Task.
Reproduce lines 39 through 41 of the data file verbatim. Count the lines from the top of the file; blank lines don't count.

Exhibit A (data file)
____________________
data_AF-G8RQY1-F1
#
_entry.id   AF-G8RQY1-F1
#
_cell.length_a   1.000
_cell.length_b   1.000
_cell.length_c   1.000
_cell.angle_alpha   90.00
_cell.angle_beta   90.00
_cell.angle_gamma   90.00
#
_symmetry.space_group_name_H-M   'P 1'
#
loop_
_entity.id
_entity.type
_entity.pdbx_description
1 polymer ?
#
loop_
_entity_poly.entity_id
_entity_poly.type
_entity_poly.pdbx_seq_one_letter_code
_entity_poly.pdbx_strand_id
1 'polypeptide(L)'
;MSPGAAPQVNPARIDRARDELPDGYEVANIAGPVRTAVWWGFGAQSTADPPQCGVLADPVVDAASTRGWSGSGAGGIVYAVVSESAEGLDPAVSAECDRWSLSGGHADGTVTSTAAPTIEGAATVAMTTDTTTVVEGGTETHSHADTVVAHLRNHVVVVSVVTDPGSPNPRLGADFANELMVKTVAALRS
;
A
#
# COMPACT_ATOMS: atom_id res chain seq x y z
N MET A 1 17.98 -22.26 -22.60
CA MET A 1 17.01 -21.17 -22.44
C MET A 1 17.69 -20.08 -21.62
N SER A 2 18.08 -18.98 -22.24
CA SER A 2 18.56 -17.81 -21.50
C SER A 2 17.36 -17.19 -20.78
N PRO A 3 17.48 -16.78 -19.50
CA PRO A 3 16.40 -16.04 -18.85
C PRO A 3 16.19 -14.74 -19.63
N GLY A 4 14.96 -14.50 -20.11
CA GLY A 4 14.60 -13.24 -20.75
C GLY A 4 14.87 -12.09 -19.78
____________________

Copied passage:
C PRO A 3 16.19 -14.74 -19.63
N GLY A 4 14.96 -14.50 -20.11
CA GLY A 4 14.60 -13.24 -20.75